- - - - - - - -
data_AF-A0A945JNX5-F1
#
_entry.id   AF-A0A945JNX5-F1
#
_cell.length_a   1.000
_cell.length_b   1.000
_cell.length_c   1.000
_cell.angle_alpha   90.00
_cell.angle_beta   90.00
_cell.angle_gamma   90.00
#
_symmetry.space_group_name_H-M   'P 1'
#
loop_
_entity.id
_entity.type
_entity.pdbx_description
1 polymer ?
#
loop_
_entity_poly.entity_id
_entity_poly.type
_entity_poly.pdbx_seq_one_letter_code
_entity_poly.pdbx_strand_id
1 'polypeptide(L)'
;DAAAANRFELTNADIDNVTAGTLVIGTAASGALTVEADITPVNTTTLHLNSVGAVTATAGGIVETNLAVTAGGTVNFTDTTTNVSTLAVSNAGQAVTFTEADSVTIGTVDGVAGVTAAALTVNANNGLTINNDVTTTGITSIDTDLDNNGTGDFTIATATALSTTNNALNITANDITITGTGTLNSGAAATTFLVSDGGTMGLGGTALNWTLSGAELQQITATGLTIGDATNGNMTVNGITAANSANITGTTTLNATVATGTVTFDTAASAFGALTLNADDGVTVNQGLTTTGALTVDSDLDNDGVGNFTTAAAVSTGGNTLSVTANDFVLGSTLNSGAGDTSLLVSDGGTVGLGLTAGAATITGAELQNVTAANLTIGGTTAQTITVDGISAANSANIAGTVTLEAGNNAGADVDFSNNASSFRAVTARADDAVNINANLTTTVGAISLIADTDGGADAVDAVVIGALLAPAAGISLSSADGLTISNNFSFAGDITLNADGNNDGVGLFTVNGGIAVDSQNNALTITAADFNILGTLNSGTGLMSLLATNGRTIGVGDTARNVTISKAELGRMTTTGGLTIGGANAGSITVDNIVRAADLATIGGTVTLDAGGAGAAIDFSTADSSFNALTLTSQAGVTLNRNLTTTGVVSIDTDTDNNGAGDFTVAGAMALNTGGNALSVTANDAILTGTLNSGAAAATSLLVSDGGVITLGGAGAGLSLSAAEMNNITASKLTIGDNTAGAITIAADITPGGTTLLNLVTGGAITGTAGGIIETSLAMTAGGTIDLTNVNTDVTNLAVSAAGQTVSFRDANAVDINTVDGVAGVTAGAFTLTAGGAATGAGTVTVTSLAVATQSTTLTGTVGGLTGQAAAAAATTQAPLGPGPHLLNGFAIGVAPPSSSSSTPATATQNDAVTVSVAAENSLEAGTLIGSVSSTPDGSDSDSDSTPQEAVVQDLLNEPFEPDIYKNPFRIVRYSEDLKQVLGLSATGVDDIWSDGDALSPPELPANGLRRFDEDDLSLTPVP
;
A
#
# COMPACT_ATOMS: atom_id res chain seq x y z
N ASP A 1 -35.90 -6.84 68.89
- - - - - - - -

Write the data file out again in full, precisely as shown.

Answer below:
data_AF-A0A945JNX5-F1
#
_entry.id   AF-A0A945JNX5-F1
#
_cell.length_a   1.000
_cell.length_b   1.000
_cell.length_c   1.000
_cell.angle_alpha   90.00
_cell.angle_beta   90.00
_cell.angle_gamma   90.00
#
_symmetry.space_group_name_H-M   'P 1'
#
loop_
_entity.id
_entity.type
_entity.pdbx_description
1 polymer ?
#
loop_
_entity_poly.entity_id
_entity_poly.type
_entity_poly.pdbx_seq_one_letter_code
_entity_poly.pdbx_strand_id
1 'polypeptide(L)'
;DAAAANRFELTNADIDNVTAGTLVIGTAASGALTVEADITPVNTTTLHLNSVGAVTATAGGIVETNLAVTAGGTVNFTDTTTNVSTLAVSNAGQAVTFTEADSVTIGTVDGVAGVTAAALTVNANNGLTINNDVTTTGITSIDTDLDNNGTGDFTIATATALSTTNNALNITANDITITGTGTLNSGAAATTFLVSDGGTMGLGGTALNWTLSGAELQQITATGLTIGDATNGNMTVNGITAANSANITGTTTLNATVATGTVTFDTAASAFGALTLNADDGVTVNQGLTTTGALTVDSDLDNDGVGNFTTAAAVSTGGNTLSVTANDFVLGSTLNSGAGDTSLLVSDGGTVGLGLTAGAATITGAELQNVTAANLTIGGTTAQTITVDGISAANSANIAGTVTLEAGNNAGADVDFSNNASSFRAVTARADDAVNINANLTTTVGAISLIADTDGGADAVDAVVIGALLAPAAGISLSSADGLTISNNFSFAGDITLNADGNNDGVGLFTVNGGIAVDSQNNALTITAADFNILGTLNSGTGLMSLLATNGRTIGVGDTARNVTISKAELGRMTTTGGLTIGGANAGSITVDNIVRAADLATIGGTVTLDAGGAGAAIDFSTADSSFNALTLTSQAGVTLNRNLTTTGVVSIDTDTDNNGAGDFTVAGAMALNTGGNALSVTANDAILTGTLNSGAAAATSLLVSDGGVITLGGAGAGLSLSAAEMNNITASKLTIGDNTAGAITIAADITPGGTTLLNLVTGGAITGTAGGIIETSLAMTAGGTIDLTNVNTDVTNLAVSAAGQTVSFRDANAVDINTVDGVAGVTAGAFTLTAGGAATGAGTVTVTSLAVATQSTTLTGTVGGLTGQAAAAAATTQAPLGPGPHLLNGFAIGVAPPSSSSSTPATATQNDAVTVSVAAENSLEAGTLIGSVSSTPDGSDSDSDSTPQEAVVQDLLNEPFEPDIYKNPFRIVRYSEDLKQVLGLSATGVDDIWSDGDALSPPELPANGLRRFDEDDLSLTPVP
;
A
#
# COMPACT_ATOMS: atom_id res chain seq x y z
N ASP A 1 -35.90 -6.84 68.89